It is impossible to have a great community without great public spaces - appealing and accommodating streets, sidewalks, parks, storefronts, plazas, accessible cafes, and so on. These are the essence of what many designers call "the public realm," to contrast with the realm of privately owned and secured homes, yards, and private office buildings. People love communities from Paris to Santa Monica precisely because their public spaces are so enticing.
Stockholm (photo by Brian Colson)
In many parts of the world, more emphasis is placed on the quality of the public realm than here in the US, with the result that their private enclaves needn't be so lavish to provide their needs and nourishment. A moderately sized apartment or townhome might suffice just fine, for example, if you have a world-class park and library at your door; the kitchen and dining room can be modestly sized if the cafes within an easy walk are plentiful, reasonably priced, relaxing and nourishing.
In the US, we have been doing much the opposite in recent decades. Once, we used public funds to build great parks, libraries, boulevards and transportation systems - public assets every one. But support for public spending dried up; isolated pods of poorly connected new subdivisions put very little within walking distance; and Americans started pouring our resources - sometimes more than we had, as the housing market collapse illustrates - into our outsized private realm of gates, fenced-in yards, and sealed houses, with outdoor life largely relegated to the rear, the least public of our outdoor spaces.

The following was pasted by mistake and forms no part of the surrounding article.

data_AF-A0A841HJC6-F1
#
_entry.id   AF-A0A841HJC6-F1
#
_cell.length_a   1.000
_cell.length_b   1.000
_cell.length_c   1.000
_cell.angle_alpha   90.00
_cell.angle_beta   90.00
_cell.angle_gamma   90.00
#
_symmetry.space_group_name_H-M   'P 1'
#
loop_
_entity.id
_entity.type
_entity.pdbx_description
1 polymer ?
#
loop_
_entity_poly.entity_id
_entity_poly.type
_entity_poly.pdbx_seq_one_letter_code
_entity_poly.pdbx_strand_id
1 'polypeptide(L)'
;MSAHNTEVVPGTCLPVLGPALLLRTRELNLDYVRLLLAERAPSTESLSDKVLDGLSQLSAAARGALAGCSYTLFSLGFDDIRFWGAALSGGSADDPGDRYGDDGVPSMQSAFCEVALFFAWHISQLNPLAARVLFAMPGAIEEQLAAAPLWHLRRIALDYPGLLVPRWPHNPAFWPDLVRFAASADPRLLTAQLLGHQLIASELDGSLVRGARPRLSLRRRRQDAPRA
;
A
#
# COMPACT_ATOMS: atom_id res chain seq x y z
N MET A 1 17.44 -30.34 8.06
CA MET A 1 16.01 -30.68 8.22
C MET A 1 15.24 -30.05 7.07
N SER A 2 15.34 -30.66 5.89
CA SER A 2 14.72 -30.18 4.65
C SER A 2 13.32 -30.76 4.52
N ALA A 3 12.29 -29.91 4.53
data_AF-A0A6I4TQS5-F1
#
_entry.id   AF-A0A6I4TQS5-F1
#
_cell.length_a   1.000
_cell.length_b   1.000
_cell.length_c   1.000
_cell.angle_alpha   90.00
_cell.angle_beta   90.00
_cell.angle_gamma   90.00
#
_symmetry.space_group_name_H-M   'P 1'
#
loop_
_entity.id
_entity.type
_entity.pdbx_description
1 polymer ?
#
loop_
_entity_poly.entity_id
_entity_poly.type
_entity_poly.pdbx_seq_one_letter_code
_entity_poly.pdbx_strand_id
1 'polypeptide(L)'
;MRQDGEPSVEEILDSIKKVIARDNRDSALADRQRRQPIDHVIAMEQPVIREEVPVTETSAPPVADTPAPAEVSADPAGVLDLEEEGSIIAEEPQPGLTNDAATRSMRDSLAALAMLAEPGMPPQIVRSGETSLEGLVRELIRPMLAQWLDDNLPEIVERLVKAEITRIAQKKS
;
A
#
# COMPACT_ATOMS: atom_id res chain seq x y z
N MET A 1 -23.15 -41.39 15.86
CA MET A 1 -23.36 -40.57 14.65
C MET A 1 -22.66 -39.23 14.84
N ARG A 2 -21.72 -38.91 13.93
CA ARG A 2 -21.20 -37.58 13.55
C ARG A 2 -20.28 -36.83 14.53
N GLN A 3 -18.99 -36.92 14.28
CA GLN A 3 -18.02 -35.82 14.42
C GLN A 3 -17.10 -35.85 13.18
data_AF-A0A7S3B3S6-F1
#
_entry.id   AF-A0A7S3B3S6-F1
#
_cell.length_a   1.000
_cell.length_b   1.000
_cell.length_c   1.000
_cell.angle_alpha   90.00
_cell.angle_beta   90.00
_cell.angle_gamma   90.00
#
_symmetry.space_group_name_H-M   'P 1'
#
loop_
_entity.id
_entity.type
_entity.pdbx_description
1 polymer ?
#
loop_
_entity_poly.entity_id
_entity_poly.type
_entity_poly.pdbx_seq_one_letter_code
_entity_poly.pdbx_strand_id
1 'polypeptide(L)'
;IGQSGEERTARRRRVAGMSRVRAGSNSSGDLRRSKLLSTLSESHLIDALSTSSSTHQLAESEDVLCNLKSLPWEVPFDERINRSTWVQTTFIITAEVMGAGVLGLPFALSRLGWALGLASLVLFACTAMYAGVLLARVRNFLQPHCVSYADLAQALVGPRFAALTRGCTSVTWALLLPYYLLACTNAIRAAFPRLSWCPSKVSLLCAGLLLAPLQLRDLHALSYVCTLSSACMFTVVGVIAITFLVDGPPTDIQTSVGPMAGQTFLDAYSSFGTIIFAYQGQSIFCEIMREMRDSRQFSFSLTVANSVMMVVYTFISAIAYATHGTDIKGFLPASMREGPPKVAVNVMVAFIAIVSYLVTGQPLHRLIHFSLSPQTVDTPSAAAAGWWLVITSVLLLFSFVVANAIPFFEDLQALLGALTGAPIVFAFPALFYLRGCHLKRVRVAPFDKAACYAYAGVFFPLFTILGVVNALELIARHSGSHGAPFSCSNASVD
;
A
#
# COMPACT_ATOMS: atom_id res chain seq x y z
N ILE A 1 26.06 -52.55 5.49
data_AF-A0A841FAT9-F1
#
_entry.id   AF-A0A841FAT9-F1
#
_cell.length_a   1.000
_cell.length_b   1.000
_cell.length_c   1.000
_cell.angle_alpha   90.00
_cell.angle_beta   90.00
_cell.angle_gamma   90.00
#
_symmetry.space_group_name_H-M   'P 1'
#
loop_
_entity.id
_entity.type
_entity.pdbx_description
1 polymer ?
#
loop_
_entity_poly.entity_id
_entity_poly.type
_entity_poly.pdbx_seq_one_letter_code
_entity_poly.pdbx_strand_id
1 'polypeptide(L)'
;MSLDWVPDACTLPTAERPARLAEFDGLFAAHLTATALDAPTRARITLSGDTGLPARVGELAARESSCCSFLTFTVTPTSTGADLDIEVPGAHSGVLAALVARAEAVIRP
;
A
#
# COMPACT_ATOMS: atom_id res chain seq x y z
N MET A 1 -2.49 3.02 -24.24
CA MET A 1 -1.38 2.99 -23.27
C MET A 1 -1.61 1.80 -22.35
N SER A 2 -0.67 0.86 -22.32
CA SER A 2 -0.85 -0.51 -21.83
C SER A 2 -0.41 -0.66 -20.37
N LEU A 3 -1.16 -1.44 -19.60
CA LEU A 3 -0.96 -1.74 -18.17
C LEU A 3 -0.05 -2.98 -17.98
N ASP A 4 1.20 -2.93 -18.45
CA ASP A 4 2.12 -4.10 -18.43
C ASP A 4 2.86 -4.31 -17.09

Top: Washington, DC (Adam Fagen)
Bottom left: Los Angeles (Loren Javier). Right: Stuttgart (BuzzWolf)
We do need some places of our own - at least I do - but we love great public spaces where they exist. They are where "community" happens. I was reminded over the last couple of weeks by several strolls through DC's highly animated downtown holiday market how much the winter holidays bring out in us a shared spirit, frequently experienced on sidewalks and plazas, whether they be iconic such as the brightly lit trees in Rockefeller Center and at the White House, or modest such as a small religious display on the lawn of a small town's place of worship. The best ones really come alive at this time of year, and this post is devoted to them.
Top: Colmar, Alsace, France (Remi Stosskopf)
Bottom left: Prague (Hynek Moravec). Bottom right: Chicago (Christine Zenino)
Top: Rostock, Germany (Carsten Pescht)
Bottom left: Pachuca, Mexico (Mircea Turcan). Right: Osaka, Japan (Janne Moren)
Top: London (Edyta.Materka)
Bottom left: Manchester, UK (Nigel Chadwick). Right: London (Andrew West)
Bratislava, Slovakia (Brian Colson)
Happy holidays, everyone.
Move your cursor over the images for location detail, licensing information, and links to originals.
Kaid Benfield writes occasional Village Green on DailyKos and (almost) daily about community, development, and the environment on NRDC's Swichboard. For daily posts, see his Switchboard blog's home page.